Treatment with a compound called BIIB074 shows promise in reducing pain caused by trigeminal neuralgia — a condition that occasionally affects multiple sclerosis (MS) patients — with few side effects, a new clinical trial finds.
The Swiss study, “Safety and efficacy of a Nav1.7 selective sodium channel blocker in Titrigeminal neuralgia: a double-blind, placebo-controlled, randomised withdrawal phase 2a trial,” appeared in the journal The Lancet Neurology.
Trigeminal neuralgia refers to sharp, acute pain in the teeth or face. It is caused by irritation of the trigeminal nerve, which stimulates the face, parts of the scalp and the oral cavity. Simple stimuli can irritate nerves, like touch, applying makeup, showering, talking, or even feeling a gust of wind.
Current treatment includes blockers of sodium channels such as carbamazepine and oxcarbazepine, but these drugs inhibit the channels whether they are active and causing pain or not, and for this reason have unwanted side effects.
The Phase 2a trial (NCT01540630), conducted by the Center of Dental Medicine at the University of Zurich in Switzerland, involved 67 adults with trigeminal neuralgia. Researchers investigated the efficacy and safety of BIIB074, a blocker of sodium channels known to be responsible for pain and intensity.
Patients were initially assigned to receive oral BIIB074 (150 mg) three times a day for 21 days. Responsive patients were then randomly assigned to receive BIIB074 or placebo for up to 28 days in a second phase. The study’s endpoint was the difference between groups in the number of patients classified as treatment failures during the second phase.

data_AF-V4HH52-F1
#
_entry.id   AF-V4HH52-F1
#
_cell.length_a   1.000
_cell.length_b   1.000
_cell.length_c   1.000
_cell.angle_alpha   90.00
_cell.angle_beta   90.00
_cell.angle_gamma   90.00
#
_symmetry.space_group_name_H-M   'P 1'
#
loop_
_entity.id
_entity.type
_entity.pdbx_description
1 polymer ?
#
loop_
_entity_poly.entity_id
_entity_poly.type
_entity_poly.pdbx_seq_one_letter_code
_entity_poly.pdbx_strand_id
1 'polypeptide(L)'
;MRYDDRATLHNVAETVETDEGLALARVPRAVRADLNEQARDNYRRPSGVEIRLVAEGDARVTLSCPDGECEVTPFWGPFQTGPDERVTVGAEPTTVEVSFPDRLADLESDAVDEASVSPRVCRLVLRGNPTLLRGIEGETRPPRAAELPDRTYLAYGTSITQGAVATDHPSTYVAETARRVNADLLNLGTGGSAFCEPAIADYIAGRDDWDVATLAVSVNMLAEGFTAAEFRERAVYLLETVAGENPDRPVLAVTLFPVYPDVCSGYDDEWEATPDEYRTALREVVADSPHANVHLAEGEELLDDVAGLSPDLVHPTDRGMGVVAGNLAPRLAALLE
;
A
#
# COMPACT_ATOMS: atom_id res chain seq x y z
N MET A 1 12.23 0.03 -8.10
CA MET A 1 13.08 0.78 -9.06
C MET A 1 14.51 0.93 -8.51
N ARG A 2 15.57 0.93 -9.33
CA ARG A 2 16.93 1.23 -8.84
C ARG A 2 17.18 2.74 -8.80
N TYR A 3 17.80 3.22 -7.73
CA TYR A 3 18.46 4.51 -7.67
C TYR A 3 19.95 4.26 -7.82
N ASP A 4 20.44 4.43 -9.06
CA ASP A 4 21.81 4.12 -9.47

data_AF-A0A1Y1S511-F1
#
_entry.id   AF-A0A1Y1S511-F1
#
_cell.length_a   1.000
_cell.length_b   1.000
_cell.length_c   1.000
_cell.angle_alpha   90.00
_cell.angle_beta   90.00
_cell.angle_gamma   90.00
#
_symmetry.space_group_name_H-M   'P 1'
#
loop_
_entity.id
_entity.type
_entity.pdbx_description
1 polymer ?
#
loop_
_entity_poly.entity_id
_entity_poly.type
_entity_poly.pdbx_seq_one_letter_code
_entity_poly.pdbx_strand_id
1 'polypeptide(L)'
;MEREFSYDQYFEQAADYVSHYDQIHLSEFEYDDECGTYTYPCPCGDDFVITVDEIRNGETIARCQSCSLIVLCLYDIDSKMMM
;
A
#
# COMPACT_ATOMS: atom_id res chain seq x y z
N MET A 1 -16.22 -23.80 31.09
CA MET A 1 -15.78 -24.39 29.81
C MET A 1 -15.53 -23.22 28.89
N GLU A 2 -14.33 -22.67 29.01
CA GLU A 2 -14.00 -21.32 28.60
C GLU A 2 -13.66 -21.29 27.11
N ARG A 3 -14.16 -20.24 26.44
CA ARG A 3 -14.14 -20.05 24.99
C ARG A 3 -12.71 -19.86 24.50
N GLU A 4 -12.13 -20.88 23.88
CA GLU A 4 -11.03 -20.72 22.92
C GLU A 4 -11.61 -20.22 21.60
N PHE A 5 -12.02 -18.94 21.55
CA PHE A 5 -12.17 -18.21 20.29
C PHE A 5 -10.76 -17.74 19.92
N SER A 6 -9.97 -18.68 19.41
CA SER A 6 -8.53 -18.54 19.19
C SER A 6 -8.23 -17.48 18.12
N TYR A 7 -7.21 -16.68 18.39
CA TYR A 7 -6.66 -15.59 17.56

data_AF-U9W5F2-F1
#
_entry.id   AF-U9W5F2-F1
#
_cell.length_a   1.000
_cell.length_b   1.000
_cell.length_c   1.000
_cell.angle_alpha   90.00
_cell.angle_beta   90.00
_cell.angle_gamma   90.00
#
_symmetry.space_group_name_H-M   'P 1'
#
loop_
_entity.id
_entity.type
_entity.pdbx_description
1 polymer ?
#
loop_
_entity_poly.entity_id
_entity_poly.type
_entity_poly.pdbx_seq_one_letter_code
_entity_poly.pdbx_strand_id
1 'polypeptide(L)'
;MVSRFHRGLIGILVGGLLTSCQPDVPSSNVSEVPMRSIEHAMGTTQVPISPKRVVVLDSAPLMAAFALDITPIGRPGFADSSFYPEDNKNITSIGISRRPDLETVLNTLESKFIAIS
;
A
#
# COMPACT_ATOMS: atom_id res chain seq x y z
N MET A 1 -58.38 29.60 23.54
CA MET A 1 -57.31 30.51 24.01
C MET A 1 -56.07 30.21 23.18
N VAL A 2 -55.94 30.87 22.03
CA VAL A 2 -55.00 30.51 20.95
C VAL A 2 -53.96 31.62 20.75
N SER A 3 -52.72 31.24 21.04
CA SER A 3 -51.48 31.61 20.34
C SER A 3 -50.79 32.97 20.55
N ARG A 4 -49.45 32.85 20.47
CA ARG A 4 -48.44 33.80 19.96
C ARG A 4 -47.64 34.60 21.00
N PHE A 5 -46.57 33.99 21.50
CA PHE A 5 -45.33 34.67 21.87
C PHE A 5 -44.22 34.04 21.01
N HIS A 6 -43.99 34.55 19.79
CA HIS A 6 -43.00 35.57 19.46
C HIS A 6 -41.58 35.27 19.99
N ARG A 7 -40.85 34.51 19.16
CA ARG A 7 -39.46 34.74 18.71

Of the initial 67 patients, 29 entered the study’s second phase; 15 received BIIB074 treatment and 14 received a placebo. Five patients in the BIIB074 group and nine in the placebo group were classified as treatment failures.
The patients tolerated BIIB074 without severe or serious adverse events. Reported side effects occurring in the study’s first part included headache and dizziness, whereas in the second part, the most common side effects were headache, pyrexia (fever), nasopharyngitis, sleep disorder and tremor.
Although treatment failure was not significantly lower in the BIIB074 group compared to the placebo group, researchers believe more studies are needed to measure the effect of BIIB074 on patients with trigeminal neuralgia.
BIIB074 acts when its target sodium channel is active; the more active, the more pain, but the greater is the treatment’s effect. That runs contrary to the other blockers, which inhibit channels even when they’re inactive – hence, the potential for unwanted side effects.
“Unlike conventional drugs, which often cause tiredness and concentration problems, BIIB074 was not only effective, but also very well tolerated,” Dominik Ettlin, one of the study’s authors, said in a news release. “We will now test the new substance in a lot more subjects during the next study phase, which will reveal whether the new hope for more effective pain relief is justified.”
About 13 in 100,000 Americans are diagnosed with trigeminal neuralgia every year, and the condition affects more women than men. Around 1 percent of all MS patients develop trigeminal neuralgia.
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